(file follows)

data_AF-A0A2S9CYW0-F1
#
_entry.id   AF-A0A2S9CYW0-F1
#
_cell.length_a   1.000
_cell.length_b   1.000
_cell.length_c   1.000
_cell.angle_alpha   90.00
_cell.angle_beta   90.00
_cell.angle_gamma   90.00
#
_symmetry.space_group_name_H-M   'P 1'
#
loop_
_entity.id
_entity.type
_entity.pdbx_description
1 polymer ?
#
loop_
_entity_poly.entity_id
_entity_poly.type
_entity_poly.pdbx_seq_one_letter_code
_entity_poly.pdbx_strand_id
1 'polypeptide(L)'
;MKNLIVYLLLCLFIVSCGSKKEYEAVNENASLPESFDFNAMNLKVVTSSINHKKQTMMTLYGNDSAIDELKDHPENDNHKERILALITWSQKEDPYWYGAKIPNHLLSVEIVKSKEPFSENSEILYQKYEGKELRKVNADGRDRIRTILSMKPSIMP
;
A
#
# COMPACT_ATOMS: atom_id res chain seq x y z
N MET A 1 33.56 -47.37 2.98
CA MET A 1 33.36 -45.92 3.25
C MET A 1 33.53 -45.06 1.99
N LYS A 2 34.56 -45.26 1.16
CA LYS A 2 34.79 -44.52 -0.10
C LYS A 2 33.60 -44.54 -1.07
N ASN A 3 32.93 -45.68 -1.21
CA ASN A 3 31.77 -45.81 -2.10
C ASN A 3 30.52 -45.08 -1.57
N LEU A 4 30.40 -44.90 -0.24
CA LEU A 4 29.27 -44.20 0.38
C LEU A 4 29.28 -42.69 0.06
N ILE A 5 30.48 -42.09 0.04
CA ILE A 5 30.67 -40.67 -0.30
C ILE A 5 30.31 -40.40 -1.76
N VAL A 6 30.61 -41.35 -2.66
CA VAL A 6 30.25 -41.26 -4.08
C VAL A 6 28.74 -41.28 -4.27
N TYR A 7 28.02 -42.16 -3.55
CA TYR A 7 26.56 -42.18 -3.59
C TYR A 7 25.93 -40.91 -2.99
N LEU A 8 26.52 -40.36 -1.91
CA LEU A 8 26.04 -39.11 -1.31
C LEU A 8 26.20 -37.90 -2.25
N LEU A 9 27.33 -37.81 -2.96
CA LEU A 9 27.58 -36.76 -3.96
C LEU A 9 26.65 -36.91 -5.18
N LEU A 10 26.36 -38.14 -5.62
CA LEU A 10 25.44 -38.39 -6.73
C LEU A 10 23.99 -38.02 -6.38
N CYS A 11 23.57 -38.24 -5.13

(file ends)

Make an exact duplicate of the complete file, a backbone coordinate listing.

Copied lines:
data_AF-A0A2S9CYW0-F1
#
_entry.id   AF-A0A2S9CYW0-F1
#
_cell.length_a   1.000
_cell.length_b   1.000
_cell.length_c   1.000
_cell.angle_alpha   90.00
_cell.angle_beta   90.00
_cell.angle_gamma   90.00
#
_symmetry.space_group_name_H-M   'P 1'
#
loop_
_entity.id
_entity.type
_entity.pdbx_description
1 polymer ?
#
loop_
_entity_poly.entity_id
_entity_poly.type
_entity_poly.pdbx_seq_one_letter_code
_entity_poly.pdbx_strand_id
1 'polypeptide(L)'
;MKNLIVYLLLCLFIVSCGSKKEYEAVNENASLPESFDFNAMNLKVVTSSINHKKQTMMTLYGNDSAIDELKDHPENDNHKERILALITWSQKEDPYWYGAKIPNHLLSVEIVKSKEPFSENSEILYQKYEGKELRKVNADGRDRIRTILSMKPSIMP
;
A
#
# COMPACT_ATOMS: atom_id res chain seq x y z
N MET A 1 33.56 -47.37 2.98
CA MET A 1 33.36 -45.92 3.25
C MET A 1 33.53 -45.06 1.99
N LYS A 2 34.56 -45.26 1.16
CA LYS A 2 34.79 -44.52 -0.10
C LYS A 2 33.60 -44.54 -1.07
N ASN A 3 32.93 -45.68 -1.21
CA ASN A 3 31.77 -45.81 -2.10
C ASN A 3 30.52 -45.08 -1.57
N LEU A 4 30.40 -44.90 -0.24
CA LEU A 4 29.27 -44.20 0.38
C LEU A 4 29.28 -42.69 0.06
N ILE A 5 30.48 -42.09 0.04
CA ILE A 5 30.67 -40.67 -0.30
C ILE A 5 30.31 -40.40 -1.76
N VAL A 6 30.61 -41.35 -2.66
CA VAL A 6 30.25 -41.26 -4.08
C VAL A 6 28.74 -41.28 -4.27
N TYR A 7 28.02 -42.16 -3.55
CA TYR A 7 26.56 -42.18 -3.59
C TYR A 7 25.93 -40.91 -2.99
N LEU A 8 26.52 -40.36 -1.91
CA LEU A 8 26.04 -39.11 -1.31
C LEU A 8 26.20 -37.90 -2.25
N LEU A 9 27.33 -37.81 -2.96
CA LEU A 9 27.58 -36.76 -3.96
C LEU A 9 26.65 -36.91 -5.18
N LEU A 10 26.36 -38.14 -5.62
CA LEU A 10 25.44 -38.39 -6.73
C LEU A 10 23.99 -38.02 -6.38
N CYS A 11 23.57 -38.24 -5.13